Forest Service Crews Double as Tick-Surveillance Teams in Collaborative Study
By Melissa Mayer
Most jobs come with occupational hazards, and for field personnel with the USDA Forest Service, those include encountering ticks—some of which carry disease-causing pathogens. For a pair of researchers at the Forest Service and the University of Tennessee, these encounters represent something more. They are an opportunity to enhance tick surveillance in the Southeastern states, a region whose ticks they describe as diverse, abundant, and poorly understood.
Ticking the Data Boxes
In their new report published last week in the Journal of Medical Entomology, Rebecca Trout Fryxell, Ph.D., associate professor at the University of Tennessee’s Department of Entomology and Plant Pathology, and Forest Service project leader J.T. Vogt, Ph.D., describe the results of a pilot tick surveillance collaboration between UT and the Forest Service’s Southern Research Station Forest Inventory and Analysis (FIA) crews.
The four-year project provided FIA crews with tick-related training and collection kits to preserve ticks they encountered on the job. The crews sent the collected ticks—1,180 of them over four years—to the university’s entomology laboratory for sorting by species, sex, and life stage. The lab also screened the most commonly collected tick, the lone star tick (Amblyomma americanum), for Ehrlichia bacteria, which causes the tickborne disease ehrlichiosis.
The authors used the collected data to calculate the frequency of encounters and descriptive statistics for the three most common species: the lone star tick, the American dog tick (Dermacentor variabilis), and the blacklegged tick (Ixodes scapularis). They determined overall prevalence and tick burdens, which they also broke down by year and state, and produced tick-encounter maps for the FIA crews.
Big Area, Big Opportunity
The Southeastern region includes 74 field-trained Forest Service crews working year-round to inventory a staggering 45,244 sites within the region’s 14 states. Each of those sites is situated within a cell of 5,937 acres. Since these site inventories take place at repeated intervals of five, seven, or 10 years, ongoing collaboration could enable researchers to monitor changes in tick populations over time and alert them if tick numbers or infection rates change.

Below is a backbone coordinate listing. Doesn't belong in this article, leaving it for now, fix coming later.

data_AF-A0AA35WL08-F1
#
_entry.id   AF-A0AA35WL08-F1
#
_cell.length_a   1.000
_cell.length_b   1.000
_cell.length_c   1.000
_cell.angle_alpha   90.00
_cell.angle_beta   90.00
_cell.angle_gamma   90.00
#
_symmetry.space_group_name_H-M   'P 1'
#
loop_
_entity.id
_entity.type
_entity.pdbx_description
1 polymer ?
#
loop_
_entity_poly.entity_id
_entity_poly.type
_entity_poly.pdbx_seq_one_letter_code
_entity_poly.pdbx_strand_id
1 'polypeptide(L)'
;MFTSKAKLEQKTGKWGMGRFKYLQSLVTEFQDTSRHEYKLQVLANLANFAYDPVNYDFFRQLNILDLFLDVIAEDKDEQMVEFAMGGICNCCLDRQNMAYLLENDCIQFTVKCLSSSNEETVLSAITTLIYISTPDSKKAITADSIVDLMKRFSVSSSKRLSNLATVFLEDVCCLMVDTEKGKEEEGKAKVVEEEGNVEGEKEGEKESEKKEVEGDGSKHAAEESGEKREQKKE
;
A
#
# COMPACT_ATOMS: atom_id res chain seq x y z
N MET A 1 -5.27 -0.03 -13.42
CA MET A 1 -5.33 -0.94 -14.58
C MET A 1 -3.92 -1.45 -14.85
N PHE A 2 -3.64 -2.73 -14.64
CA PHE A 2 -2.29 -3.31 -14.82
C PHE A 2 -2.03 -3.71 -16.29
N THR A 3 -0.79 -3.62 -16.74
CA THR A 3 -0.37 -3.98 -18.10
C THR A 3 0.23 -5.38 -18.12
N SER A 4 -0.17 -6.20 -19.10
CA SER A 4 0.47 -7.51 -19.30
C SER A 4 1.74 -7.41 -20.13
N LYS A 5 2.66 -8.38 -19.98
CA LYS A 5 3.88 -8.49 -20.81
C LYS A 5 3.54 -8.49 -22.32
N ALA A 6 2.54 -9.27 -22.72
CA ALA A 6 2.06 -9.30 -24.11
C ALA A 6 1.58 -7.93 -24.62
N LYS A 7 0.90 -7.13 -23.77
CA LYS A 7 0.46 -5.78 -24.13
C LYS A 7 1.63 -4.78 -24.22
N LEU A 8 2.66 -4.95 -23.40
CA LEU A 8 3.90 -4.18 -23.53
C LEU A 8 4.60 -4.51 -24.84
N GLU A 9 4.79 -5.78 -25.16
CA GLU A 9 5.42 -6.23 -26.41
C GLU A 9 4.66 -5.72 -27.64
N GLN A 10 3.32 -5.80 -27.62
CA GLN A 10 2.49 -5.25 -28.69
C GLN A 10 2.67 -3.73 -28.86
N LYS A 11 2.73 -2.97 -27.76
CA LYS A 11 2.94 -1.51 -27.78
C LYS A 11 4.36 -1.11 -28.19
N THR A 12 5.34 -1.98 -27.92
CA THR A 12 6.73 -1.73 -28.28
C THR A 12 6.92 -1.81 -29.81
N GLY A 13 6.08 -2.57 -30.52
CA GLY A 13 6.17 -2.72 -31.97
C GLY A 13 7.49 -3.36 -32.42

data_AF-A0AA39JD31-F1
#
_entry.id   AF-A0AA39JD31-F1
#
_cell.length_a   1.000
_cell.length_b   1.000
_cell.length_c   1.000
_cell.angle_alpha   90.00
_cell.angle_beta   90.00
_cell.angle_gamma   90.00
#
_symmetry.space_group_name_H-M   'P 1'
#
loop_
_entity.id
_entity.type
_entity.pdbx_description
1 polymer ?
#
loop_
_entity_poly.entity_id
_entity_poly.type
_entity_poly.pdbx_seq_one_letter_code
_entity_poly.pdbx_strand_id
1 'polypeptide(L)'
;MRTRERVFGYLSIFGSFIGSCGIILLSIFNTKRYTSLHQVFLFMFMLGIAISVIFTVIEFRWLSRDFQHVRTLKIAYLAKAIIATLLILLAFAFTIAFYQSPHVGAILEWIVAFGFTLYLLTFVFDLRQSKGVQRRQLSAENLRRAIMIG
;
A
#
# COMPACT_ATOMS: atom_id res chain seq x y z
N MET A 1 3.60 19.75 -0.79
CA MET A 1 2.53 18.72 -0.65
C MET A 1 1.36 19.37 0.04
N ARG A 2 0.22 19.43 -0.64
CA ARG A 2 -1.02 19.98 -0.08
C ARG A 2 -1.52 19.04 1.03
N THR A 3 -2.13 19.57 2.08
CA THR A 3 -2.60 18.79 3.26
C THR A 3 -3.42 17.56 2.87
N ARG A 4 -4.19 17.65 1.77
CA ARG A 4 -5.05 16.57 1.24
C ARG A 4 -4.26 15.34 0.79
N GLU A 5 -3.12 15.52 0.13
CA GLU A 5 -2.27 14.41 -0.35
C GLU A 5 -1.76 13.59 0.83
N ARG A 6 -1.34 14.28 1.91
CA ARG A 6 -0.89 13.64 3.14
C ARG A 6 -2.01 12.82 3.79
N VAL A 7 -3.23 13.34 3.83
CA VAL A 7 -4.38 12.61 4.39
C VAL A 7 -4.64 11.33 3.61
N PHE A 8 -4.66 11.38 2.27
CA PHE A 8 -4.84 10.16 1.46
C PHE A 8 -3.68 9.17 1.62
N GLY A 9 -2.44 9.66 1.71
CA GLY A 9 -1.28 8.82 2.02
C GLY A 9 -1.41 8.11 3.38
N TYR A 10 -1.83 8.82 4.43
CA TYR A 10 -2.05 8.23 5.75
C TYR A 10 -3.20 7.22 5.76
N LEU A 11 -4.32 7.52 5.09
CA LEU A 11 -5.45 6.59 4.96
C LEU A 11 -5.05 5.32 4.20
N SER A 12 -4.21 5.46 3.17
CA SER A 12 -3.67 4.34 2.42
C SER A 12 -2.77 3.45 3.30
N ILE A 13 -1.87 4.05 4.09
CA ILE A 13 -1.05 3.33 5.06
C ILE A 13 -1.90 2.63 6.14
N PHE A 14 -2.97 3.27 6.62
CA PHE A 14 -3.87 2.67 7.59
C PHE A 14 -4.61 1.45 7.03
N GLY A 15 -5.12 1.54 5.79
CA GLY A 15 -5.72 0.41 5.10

That’s good news for scientists tracking tick populations and for the forest personnel at risk for tick encounters. Trout Fryxell and Vogt hypothesize that collaborative surveillance may benefit the crews who perform it. “We suspect that FIA crews who participate regularly in the study are developing habits that involve checking themselves for ticks regularly, thereby limiting the opportunity for ticks to bite and decreasing their risk for acquiring a tickborne pathogen,” they write.
And participation may beget more participation. The initial rates were low, with only seven FIA crews from six of the 14 states sending in specimens in 2014. By 2017, that number expanded to 30 participating FIA crews in 12 of the 14 states, a 40 percent participation rate.
The authors hope those numbers will continue to grow as they share their findings and related tick-safety recommendations at FIA meetings—and as they gather feedback from participating crews. Eventually they plan to produce a dynamic database to track the data they collect.
The model could even expand beyond the region. “Ultimately we would like to increase participation in the South, and we have been discussing the potential for broader participation of Forest Inventory and Analysis across the nation with FIA leadership,” says Vogt.
Trout Fryxell hopes to button up tick surveillance in the Southeastern region by adding active surveillance measures to the passive surveillance described in the paper. “I’d like to get someone out there dragging for ticks with [the FIA crews] to compare tick encounters in different habitats and see what happens at these sites over time,” she says. “Also, these collections can be used for downstream projects, so this surveillance is a huge asset.”
Journal of Medical Entomology
Melissa Mayer is a freelance science writer based in Portland, Oregon. Email: firstname.lastname@example.org.